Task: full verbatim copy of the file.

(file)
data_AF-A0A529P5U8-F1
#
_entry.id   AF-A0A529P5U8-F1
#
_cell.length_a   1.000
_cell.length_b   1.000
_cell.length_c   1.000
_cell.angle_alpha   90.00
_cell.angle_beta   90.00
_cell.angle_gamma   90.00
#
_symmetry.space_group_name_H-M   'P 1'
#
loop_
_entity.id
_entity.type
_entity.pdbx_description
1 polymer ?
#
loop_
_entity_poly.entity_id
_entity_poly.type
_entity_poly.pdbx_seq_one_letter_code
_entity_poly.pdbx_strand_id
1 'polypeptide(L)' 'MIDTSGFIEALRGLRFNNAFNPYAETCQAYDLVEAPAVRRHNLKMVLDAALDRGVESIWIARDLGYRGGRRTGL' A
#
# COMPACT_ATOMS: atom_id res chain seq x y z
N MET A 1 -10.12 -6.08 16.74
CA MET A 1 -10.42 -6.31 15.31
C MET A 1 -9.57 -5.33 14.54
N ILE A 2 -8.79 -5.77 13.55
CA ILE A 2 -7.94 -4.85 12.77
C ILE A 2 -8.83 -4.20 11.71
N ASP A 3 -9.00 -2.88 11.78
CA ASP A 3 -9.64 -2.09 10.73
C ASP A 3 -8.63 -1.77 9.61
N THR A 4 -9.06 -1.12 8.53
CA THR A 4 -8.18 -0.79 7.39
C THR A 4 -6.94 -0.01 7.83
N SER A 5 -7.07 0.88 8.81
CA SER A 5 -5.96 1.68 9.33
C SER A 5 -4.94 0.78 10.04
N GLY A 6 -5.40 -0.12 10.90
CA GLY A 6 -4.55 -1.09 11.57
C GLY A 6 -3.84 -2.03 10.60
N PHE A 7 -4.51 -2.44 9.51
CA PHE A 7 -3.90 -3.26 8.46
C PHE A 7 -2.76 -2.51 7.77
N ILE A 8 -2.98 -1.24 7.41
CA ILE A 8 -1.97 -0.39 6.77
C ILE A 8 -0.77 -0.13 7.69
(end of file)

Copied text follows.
data_AF-A0A529P5U8-F1
#
_entry.id   AF-A0A529P5U8-F1
#
_cell.length_a   1.000
_cell.length_b   1.000
_cell.length_c   1.000
_cell.angle_alpha   90.00
_cell.angle_beta   90.00
_cell.angle_gamma   90.00
#
_symmetry.space_group_name_H-M   'P 1'
#
loop_
_entity.id
_entity.type
_entity.pdbx_description
1 polymer ?
#
loop_
_entity_poly.entity_id
_entity_poly.type
_entity_poly.pdbx_seq_one_letter_code
_entity_poly.pdbx_strand_id
1 'polypeptide(L)' 'MIDTSGFIEALRGLRFNNAFNPYAETCQAYDLVEAPAVRRHNLKMVLDAALDRGVESIWIARDLGYRGGRRTGL' A
#
# COMPACT_ATOMS: atom_id res chain seq x y z
N MET A 1 -10.12 -6.08 16.74
CA MET A 1 -10.42 -6.31 15.31
C MET A 1 -9.57 -5.33 14.54
N ILE A 2 -8.79 -5.77 13.55
CA ILE A 2 -7.94 -4.85 12.77
C ILE A 2 -8.83 -4.20 11.71
N ASP A 3 -9.00 -2.88 11.78
CA ASP A 3 -9.64 -2.09 10.73
C ASP A 3 -8.63 -1.77 9.61
N THR A 4 -9.06 -1.12 8.53
CA THR A 4 -8.18 -0.79 7.39
C THR A 4 -6.94 -0.01 7.83
N SER A 5 -7.07 0.88 8.81
CA SER A 5 -5.96 1.68 9.33
C SER A 5 -4.94 0.78 10.04
N GLY A 6 -5.40 -0.12 10.90
CA GLY A 6 -4.55 -1.09 11.57
C GLY A 6 -3.84 -2.03 10.60
N PHE A 7 -4.51 -2.44 9.51
CA PHE A 7 -3.90 -3.26 8.46
C PHE A 7 -2.76 -2.51 7.77
N ILE A 8 -2.98 -1.24 7.41
CA ILE A 8 -1.97 -0.39 6.77
C ILE A 8 -0.77 -0.13 7.69